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Knitting Law

November 30, 2011
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{With more than a week free from work at Thanksgiving, full of family and holiday traditions, you’d think I’d have managed to document at least some of it with my camera.  Apparently, not so much.  My camera went everywhere with me, but I don’t think I pulled it out of my bag once.  So, when I tell you that I spent most of that week cooking, crafting, and cutting down my own Christmas tree (with no help thankyouverymuch), you’ll just have to take my word for it.}

Forgive me, knitters, for I have sinned.  Not only am I months behind in telling you about this sweater, I broke one of the cardinal rules of knitting.

The following story may contain content inappropriate for new knitters.

It started with plane tickets.  It turns out that airlines (also non-knitting boyfriends) are not particularly keen on delaying a flight so that your new handknit sweater can finish blocking, no matter how many late nights you’ve pulled trying to finish the thing in time for your two-week vacation.  It also turns out that when you try on said slightly damp, mostly-blocked sweater, it will inevitably look like something custom-made for an orangutan.  At that point, I figured I had two options: let the thing sulk in the time-out corner until we came home, or pack it up and hope there was some way to fix it on the plane.

So I put it in the dryer.

Yes, friends, I put a handknit wool and silk sweater in the dryer.  I have no idea what made me do such a thing, unless it was sheer desperation.  But you know what?  IT WORKED.  Every few minutes, I pulled it from the jaws of potential death and tried it on, and before long, it was both dry and properly-fitting.  In plenty of time to catch our flight, too.  I sewed on the buttons and wove in the ends the next morning as we circled London airspace, and wore my (not felted!) sweater for the first time that evening, for a drink and a saunter through London with an old friend.  I wore that sweater along the canals in Amsterdam, in the German countryside, and on a tiny bar patio in Saltzburg, Austria.  Of course, since I’m usually the one behind the camera, I’m not sure there’s a single picture of me wearing it during our whole trip, but never mind.  Far away and at home, this is a very, very loved sweater.

Laws be damned.

(Knitterly details: The sweater is Talamh, it’s knit in Elsebeth Lavold Silky Wool, which I love; and the buttons are from Orit Dotan.  I accidentally put the buttonholes on the wrong side, but otherwise followed the pattern.)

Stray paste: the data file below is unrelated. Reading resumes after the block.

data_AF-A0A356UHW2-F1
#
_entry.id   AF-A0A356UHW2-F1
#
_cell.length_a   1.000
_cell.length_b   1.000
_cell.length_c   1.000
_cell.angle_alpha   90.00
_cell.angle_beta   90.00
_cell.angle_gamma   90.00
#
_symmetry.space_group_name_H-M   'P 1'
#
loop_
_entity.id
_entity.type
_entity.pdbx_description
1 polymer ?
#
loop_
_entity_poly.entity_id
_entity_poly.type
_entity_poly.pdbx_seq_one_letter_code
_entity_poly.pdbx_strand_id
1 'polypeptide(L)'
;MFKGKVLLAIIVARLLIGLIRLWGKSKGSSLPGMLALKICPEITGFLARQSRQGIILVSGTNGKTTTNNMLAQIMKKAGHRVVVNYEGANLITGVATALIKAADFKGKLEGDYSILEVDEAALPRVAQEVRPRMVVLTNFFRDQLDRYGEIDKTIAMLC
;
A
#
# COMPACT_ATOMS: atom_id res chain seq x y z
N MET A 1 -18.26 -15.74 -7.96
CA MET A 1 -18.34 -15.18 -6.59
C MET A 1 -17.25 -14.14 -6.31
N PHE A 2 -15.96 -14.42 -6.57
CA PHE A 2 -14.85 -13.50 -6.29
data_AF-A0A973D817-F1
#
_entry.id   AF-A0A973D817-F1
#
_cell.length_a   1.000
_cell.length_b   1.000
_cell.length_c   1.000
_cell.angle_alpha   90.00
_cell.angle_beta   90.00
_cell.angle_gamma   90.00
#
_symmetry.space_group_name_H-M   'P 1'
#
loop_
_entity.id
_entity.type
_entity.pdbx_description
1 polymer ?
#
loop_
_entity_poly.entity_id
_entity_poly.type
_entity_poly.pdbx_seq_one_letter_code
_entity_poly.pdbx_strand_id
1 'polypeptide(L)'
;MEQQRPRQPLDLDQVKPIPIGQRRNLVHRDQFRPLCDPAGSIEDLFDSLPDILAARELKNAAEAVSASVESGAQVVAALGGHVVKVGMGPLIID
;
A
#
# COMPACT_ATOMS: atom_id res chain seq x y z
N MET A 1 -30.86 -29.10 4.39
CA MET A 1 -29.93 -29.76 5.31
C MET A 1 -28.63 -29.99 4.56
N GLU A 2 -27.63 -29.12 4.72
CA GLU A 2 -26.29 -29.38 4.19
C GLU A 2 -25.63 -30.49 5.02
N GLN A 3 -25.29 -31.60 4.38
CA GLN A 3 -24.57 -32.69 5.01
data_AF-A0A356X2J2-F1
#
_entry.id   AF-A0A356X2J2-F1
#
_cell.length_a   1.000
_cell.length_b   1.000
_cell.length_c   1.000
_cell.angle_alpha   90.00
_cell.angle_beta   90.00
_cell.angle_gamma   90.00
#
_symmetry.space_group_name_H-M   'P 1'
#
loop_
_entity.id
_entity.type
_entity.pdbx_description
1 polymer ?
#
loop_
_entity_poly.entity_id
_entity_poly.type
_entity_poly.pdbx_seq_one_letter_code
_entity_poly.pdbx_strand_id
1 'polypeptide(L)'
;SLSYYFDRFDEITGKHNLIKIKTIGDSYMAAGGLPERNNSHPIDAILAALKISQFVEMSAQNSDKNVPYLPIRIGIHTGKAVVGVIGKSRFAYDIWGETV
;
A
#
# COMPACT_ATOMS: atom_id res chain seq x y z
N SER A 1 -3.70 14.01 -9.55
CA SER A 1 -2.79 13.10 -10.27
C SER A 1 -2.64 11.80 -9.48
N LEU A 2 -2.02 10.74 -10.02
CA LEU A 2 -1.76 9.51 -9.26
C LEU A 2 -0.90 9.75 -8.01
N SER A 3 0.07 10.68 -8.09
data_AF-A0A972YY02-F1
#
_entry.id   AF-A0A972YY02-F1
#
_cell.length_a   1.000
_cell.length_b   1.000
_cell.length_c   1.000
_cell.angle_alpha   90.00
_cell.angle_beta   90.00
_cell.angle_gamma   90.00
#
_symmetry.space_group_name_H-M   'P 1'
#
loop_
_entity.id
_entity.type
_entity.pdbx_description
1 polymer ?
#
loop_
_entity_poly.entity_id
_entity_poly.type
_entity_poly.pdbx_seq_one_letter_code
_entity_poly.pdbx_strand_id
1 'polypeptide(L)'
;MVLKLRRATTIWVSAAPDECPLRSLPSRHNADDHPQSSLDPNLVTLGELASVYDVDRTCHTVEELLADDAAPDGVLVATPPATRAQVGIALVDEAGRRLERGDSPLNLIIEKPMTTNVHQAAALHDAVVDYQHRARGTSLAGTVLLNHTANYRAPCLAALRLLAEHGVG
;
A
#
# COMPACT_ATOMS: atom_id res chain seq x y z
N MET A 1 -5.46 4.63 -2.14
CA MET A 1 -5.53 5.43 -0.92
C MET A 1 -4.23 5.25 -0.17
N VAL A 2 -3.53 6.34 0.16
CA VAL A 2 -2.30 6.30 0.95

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8 Comments leave one →
  1. Robin I. permalink
    December 8, 2011 11:34 am

    It’s gorgeous, and I’m utterly impressed.

    • Ashley permalink*
      December 8, 2011 3:43 pm

      Thank you, Robin! 🙂

  2. December 8, 2011 12:33 pm

    Gorgeous! I recently finished a sweater in Shelter, and made the complete rookie mistake of failing to block my swatch before casting on. The result, giant sweater. Someone told me to throw the nearly dry sweater in the dryer to tighten it back up–I may just try that now!

    • Ashley permalink*
      December 8, 2011 3:50 pm

      No Whitney stop! See, this is why I put that little italicized disclaimer at the top – I don’t want to be responsible for a whole sweater’s worth of felted Shelter! What I did was risky, but I think putting your sweater in the dryer could be downright dangerous. I did block my swatch, and I think that finished sweater was so stretched out because the weight of the fabric pulled the lace open vertically. The knitted fabric itself was about the right size. I also suspect that the silk content of the yarn I used may have helped keep the yarn from entirely felting. In your situation, putting the sweater in the dryer will absolutely shrink it, but you may end up with a felt sweater by the time it’s the right size. I know it’s demoralizing, but I would not recommend my risky fix for your particular problem. 😦 Especially since Shelter is so beautiful – it would be so sad to have it felt!

  3. Christa permalink
    December 8, 2011 3:24 pm

    The sweater is lovely. It’s nice to see it finished. Where did you get your tree? The place we used to go closed 2 years ago and we’ve buying them already cut since then.

    • Ashley permalink*
      December 8, 2011 3:52 pm

      Thank you, Christa! I got my tree at the Christmas tree farm in the foothills that my family has been visiting for something like the last 30 years. It’s called Roberts Christmas Tree Farm (http://www.robertschristmastreefarm.gacta.com/), and it’s off Highway 50 near Placerville, on the way to Tahoe. It’s not a short drive from the Bay Area, but since my family is in Sacramento, I’m usually much closer on Thanksgiving. It’s wonderful though, so if you’re up that way I highly recommend it!

  4. Lynn permalink
    December 8, 2011 9:22 pm

    Ashley – It is absolutely beautiful!

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